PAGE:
Well into the evening we burst through the door of a yurt as cold and dark as the surrounding forest. After a flurry of activity we were warming our fingers by a roaring fire, and the promising smell of dinner wafted from the propane cooktop. Beers chilled in a snowdrift on the deck, and at the fringes of the firelight our sleeping bags lay invitingly on our bunks.
The next morning dawned grey and foreboding over an uninterrupted view of pristine forest. In the yurt, it could not have been a cheerier start to the day. Coffee brewed, bacon sizzled, and we began to warm to the strange charm of the yurt.
Yurts are an odd sort of building, falling architecturally between a tent and a right-angled Western cabin. There is an informal, temporary feeling that harkens back to the yurt’s nomadic origins. A mountain cabin may seduce you with a good book by fire, but this yurt urged us to go play!
Play we did. Alicia grabbed her skis and went skinning around the forest with no particular agenda. Jimmy and I built an ill-advised ski jump. Josh, the late-arriving fourth member of our party, planted his car in a snow bank at the trailhead, and we skied down the 1 mile to dig it out. After each miniadventure, we piled back into the yurt, pulled off jackets and boots and threw another log on the fire. The long, dark evenings were spent talking and reading by headlamp. Everything echoed the joyous, aimless magic of a childhood snow day.
On our final morning, I left early in the predawn darkness amid the unexpected wonder of fresh falling snow. Yesterday’s tracks were barely visible. The zip-zip-zip of my climbing skins was hushed by powder, and my headlamp beam was lost in the swirling snow. I would be lucky to get home in time for a meeting back in town.
I never made the meeting. Before driving 30 winding miles, I stopped twice to help other motorists who had slid into yawning ditches. Normally a stuck vehicle will ruin your day, but the charm of the yurt lingered. As I busily helped shovel out the beached trucks, I realized what this magic was. The essential charm of the yurt lies in its playful simplicity. Winter stops being a challenge or an inconvenience. Missed meetings, stranded vehicles, long lift lines, whatever—it all ceases to seem bothersome. In the simple shelter of a yurt, winter can become an inviting playground once again.
Want to Get Down and Yurty?
Here’s some basic know-how, plus insider tips to get you started.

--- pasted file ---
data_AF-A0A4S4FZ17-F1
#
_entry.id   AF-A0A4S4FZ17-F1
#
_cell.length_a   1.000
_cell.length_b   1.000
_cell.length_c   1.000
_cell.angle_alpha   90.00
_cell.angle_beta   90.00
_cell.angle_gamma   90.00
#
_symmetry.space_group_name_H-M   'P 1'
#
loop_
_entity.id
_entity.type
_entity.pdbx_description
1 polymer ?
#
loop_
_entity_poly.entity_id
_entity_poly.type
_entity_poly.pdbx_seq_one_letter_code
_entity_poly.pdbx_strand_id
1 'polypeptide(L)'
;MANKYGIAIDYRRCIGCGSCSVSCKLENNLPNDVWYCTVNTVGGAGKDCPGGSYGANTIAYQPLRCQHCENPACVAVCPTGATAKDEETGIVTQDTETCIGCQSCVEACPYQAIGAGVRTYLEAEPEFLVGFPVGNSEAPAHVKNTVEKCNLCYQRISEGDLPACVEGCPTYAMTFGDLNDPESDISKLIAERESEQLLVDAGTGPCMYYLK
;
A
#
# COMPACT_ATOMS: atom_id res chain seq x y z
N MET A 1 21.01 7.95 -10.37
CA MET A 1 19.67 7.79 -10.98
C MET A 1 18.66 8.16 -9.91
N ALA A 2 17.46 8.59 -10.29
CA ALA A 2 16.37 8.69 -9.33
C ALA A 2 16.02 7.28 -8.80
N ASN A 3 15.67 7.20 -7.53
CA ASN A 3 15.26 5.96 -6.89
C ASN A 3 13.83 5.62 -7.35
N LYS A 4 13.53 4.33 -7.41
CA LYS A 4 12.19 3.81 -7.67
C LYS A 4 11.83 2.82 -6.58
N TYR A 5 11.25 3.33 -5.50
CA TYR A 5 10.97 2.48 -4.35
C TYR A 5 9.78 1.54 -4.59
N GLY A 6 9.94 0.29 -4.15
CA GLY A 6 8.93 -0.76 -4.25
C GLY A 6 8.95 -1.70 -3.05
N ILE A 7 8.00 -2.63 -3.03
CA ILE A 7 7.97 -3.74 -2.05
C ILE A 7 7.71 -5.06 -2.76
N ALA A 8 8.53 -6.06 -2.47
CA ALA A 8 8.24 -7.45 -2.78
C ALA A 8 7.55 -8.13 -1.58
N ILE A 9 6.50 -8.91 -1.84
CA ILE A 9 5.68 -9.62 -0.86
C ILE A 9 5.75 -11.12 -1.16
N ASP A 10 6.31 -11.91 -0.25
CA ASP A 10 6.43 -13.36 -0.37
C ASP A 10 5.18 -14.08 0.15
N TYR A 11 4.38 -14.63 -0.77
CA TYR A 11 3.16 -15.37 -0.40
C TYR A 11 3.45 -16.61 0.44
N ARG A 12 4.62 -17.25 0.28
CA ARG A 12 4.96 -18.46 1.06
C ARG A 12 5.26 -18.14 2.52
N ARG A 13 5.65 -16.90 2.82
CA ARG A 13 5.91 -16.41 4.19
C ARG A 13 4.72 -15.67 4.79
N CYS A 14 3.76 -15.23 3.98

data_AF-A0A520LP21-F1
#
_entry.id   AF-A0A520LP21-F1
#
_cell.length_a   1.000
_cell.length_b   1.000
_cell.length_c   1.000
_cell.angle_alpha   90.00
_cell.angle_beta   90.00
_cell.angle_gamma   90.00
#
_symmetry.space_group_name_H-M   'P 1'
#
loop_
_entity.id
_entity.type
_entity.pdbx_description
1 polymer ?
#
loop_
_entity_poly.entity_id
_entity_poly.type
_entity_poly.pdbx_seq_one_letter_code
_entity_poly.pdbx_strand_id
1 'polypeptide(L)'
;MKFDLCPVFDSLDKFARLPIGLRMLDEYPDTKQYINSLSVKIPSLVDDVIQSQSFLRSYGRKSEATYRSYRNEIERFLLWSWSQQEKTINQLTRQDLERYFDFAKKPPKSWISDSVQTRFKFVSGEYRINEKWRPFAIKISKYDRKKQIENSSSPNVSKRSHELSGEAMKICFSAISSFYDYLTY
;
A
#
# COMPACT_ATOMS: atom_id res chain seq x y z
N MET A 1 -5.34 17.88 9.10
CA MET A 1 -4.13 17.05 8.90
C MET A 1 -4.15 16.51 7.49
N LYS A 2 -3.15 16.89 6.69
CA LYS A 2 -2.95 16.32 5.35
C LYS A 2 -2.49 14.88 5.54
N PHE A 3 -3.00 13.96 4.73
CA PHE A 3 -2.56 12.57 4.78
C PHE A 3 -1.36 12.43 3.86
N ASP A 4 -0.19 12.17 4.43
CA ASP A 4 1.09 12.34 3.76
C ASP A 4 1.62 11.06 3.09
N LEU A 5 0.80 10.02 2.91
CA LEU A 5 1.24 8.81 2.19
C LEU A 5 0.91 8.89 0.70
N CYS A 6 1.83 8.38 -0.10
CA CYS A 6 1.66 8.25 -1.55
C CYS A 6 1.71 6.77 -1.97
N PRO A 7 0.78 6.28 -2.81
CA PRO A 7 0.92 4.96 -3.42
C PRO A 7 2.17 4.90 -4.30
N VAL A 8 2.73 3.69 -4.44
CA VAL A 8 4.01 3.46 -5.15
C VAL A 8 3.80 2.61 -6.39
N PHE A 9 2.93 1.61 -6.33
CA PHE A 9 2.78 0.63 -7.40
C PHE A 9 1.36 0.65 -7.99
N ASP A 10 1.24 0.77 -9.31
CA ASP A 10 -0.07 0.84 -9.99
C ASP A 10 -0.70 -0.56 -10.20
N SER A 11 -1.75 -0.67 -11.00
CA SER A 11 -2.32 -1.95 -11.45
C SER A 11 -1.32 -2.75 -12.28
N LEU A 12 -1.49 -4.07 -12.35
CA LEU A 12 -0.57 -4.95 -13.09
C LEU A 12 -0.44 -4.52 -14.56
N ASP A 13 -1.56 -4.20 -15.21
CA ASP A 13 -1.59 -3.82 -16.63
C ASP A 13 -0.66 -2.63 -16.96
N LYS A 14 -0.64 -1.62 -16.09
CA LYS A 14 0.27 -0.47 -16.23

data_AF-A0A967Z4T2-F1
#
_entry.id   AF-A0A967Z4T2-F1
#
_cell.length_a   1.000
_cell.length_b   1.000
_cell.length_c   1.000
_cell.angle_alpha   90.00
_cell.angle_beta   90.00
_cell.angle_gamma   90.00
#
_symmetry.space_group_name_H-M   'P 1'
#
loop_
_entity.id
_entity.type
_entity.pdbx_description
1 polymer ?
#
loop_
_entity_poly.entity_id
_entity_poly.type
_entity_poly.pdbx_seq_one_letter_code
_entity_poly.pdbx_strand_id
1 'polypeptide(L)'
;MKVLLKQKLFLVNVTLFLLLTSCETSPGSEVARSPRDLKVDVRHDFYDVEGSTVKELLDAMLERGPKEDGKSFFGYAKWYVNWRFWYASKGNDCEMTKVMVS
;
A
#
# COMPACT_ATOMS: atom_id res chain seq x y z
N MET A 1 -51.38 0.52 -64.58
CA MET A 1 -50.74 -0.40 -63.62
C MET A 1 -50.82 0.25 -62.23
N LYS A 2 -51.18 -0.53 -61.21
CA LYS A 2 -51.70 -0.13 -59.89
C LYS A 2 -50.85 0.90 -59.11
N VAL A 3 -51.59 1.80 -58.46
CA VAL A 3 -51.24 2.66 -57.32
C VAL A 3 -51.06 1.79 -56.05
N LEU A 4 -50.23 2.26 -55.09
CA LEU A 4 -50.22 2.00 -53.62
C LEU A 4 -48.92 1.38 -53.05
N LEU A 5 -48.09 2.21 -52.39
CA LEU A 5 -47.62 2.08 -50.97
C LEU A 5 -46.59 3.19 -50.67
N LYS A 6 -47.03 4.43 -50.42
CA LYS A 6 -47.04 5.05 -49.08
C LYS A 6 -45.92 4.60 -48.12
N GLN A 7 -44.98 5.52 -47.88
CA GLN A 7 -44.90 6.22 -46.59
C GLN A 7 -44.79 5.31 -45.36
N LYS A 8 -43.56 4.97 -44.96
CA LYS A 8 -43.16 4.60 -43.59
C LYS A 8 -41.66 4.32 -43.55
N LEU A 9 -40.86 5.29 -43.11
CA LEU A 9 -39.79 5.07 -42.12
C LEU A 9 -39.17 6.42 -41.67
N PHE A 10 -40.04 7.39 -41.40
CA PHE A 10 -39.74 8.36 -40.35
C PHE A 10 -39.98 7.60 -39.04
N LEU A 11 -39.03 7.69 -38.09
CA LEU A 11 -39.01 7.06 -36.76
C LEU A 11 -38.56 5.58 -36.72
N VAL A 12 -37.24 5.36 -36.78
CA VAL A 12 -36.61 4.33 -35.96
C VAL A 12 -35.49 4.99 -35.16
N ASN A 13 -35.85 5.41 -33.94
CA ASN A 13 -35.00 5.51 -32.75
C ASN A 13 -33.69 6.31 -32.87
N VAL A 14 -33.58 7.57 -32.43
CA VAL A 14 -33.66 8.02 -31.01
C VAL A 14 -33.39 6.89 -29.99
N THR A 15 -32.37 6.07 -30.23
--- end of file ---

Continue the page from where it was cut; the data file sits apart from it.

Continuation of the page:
Be Aware Out There: Avalanche danger is not a factor getting to and from many yurts in Colorado. But if you plan on earning your turns on any backcountry slopes, avalanche gear—such as a shovel, beacon probe and the knowledge of how to use them—is absolutely essential. Learn more at avalanche.state.co.us.
Dress for Success: Skinning or snowshoeing to your yurt will keep you warm, but you’ll cool down quickly and experience a wide range of temperatures, so pack preparedly.
Don’t Forget the …
• Down booties or fuzzy socks to slide into while hanging out inside your yurt.
• Extra batteries and small camp lights. Some yurts have propane lights or lanterns, but you may want more illumination—and the power to go the distance.
Follow Our Footsteps
Find Never Summer Nordic at neversummernordic.com.
Looking For A Closer, Comfier Cabin?
If your idea of a winter getaway doesn’t involve a long drive or a self-propelled backcountry trek, there are still plenty of ways to enjoy the Rockies throughout the year. In fact, snowy seclusion awaits just a short drive up Ute Pass.
Colorado Mountain Cabins
You can rent of 29 privately-owned cabins and homes for a year-round mountain retreat less than an hour from Colorado Springs. Scattered between Woodland Park and Cripple Creek, these cozy, full-featured mountain retreats offer stunning views and access to the natural wonders of the Pikes Peak region. Comfortable living rooms, inviting decks, fireplaces, hot tubs—these are the makings of a relaxing weekend. Just don’t expect many text messages, as some cabins are out of cell service. Those messages can wait till Monday anyway.
Mueller State Park Cabins
The three cabins tucked into Mueller State Park can feel a world away from the hustle and bustle of life east of the Peak. A two-night minimum stay means you have a chance to settle in and explore the 5,000-acre park. The Ponderosa and Spruce cabins are wheelchair accessible. Fido has to stay home, though, as pets are not allowed at any of the state park cabins.